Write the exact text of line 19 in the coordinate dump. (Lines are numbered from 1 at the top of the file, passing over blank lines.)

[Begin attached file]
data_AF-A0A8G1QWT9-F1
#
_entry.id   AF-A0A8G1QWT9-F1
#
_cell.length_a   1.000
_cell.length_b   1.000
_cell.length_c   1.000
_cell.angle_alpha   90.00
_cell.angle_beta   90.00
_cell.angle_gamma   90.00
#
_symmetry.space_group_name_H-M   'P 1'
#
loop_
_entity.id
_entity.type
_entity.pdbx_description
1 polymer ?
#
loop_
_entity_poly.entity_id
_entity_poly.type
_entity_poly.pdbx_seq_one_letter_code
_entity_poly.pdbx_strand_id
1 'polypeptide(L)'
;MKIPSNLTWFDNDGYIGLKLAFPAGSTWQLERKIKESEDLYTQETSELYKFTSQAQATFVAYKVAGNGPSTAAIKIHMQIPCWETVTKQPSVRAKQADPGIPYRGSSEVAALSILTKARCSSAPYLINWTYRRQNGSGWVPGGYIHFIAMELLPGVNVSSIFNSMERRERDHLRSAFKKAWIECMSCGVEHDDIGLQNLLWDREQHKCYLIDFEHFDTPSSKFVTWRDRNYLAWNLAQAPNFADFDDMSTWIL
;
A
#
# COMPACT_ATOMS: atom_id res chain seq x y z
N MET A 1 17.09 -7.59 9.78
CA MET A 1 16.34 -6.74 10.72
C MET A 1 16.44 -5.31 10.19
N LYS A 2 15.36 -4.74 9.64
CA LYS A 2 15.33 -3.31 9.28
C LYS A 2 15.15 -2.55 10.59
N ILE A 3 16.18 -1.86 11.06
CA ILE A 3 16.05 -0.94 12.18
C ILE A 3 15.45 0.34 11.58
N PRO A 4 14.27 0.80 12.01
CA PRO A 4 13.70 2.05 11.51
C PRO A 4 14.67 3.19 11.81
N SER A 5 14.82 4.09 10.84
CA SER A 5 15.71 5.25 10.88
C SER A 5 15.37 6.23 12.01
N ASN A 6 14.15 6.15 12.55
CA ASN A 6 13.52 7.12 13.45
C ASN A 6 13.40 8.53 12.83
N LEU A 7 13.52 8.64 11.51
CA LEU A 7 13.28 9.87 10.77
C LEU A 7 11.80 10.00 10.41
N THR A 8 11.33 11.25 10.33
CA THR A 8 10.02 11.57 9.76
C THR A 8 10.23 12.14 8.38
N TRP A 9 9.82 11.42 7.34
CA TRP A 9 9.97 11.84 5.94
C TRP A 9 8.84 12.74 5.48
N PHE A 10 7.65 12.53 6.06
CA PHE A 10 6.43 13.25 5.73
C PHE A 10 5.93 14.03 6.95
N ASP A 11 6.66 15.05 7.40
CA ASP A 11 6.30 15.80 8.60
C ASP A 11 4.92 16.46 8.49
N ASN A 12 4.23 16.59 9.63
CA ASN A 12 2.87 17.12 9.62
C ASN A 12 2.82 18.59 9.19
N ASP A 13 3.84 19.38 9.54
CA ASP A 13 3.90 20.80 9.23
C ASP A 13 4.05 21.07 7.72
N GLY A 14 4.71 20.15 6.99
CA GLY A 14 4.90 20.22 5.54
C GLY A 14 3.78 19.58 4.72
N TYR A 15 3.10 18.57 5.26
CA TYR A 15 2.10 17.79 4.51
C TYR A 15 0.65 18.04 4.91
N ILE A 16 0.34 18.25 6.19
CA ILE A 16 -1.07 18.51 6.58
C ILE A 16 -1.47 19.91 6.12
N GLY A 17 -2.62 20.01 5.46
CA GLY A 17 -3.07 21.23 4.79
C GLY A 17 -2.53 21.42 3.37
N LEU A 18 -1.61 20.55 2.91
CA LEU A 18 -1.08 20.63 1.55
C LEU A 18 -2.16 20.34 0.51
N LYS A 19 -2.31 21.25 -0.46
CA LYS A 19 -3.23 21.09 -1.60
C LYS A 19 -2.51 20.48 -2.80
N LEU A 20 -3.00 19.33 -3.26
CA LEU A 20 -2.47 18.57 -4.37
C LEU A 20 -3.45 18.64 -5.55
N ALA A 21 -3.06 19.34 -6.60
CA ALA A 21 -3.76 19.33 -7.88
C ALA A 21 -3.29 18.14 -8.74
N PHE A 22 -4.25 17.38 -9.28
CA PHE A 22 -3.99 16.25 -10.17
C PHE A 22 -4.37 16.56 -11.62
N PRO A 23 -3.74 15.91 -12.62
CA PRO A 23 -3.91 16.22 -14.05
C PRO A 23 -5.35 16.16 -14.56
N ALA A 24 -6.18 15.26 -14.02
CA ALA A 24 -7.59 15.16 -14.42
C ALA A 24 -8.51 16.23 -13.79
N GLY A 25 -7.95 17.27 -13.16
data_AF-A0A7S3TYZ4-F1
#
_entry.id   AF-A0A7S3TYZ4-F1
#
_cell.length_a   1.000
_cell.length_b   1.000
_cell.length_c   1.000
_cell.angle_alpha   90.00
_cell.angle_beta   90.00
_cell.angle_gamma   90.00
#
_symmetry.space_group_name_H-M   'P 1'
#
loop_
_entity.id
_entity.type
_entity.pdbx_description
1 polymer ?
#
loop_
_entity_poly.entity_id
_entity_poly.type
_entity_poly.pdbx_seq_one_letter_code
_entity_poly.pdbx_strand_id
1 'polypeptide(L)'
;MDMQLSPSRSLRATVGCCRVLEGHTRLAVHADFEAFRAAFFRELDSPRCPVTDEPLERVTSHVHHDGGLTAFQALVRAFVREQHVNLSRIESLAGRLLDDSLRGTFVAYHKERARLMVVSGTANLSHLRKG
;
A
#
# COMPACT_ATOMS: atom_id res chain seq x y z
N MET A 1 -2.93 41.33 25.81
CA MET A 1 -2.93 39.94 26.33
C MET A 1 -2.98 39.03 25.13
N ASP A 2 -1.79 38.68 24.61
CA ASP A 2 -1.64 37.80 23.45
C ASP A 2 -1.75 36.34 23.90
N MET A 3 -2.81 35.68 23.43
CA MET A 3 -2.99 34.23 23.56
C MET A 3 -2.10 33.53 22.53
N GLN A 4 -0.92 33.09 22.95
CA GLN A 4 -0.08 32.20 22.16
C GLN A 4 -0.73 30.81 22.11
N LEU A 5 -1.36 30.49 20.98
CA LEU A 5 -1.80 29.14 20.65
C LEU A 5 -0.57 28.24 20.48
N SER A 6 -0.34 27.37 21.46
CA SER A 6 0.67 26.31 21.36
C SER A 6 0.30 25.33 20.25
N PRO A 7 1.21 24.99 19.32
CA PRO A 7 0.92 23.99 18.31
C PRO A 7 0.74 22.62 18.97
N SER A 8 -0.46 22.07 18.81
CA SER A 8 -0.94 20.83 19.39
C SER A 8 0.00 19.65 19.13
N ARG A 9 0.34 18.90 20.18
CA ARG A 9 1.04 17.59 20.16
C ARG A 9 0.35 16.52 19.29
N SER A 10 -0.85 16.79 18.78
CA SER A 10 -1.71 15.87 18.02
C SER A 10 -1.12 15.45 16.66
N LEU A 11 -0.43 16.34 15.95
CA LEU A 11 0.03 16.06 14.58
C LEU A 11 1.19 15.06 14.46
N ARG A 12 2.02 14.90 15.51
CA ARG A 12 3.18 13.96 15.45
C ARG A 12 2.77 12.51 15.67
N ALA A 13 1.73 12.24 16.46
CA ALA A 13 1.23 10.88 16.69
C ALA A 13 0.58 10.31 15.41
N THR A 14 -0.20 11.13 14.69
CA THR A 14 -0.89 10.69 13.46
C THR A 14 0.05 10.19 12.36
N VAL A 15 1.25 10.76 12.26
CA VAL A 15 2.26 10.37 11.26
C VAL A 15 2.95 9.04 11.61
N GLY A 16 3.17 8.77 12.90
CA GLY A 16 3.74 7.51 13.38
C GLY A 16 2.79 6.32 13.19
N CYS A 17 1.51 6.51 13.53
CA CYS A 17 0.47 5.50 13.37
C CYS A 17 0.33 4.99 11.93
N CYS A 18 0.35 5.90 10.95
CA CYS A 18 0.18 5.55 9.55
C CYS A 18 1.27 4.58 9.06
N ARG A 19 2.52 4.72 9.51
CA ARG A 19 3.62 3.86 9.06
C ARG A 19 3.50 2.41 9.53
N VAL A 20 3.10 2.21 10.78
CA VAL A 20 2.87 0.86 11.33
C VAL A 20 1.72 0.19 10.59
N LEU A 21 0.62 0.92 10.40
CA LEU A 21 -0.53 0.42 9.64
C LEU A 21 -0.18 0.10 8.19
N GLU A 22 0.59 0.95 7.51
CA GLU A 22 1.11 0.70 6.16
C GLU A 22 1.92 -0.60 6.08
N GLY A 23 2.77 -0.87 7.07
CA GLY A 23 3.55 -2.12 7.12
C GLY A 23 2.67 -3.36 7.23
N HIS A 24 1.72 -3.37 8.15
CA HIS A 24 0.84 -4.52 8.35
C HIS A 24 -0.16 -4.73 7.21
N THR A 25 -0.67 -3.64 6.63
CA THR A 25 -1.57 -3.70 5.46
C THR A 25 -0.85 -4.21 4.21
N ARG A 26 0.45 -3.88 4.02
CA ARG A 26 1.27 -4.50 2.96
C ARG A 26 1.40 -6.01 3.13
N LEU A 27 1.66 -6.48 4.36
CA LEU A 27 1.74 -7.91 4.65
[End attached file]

#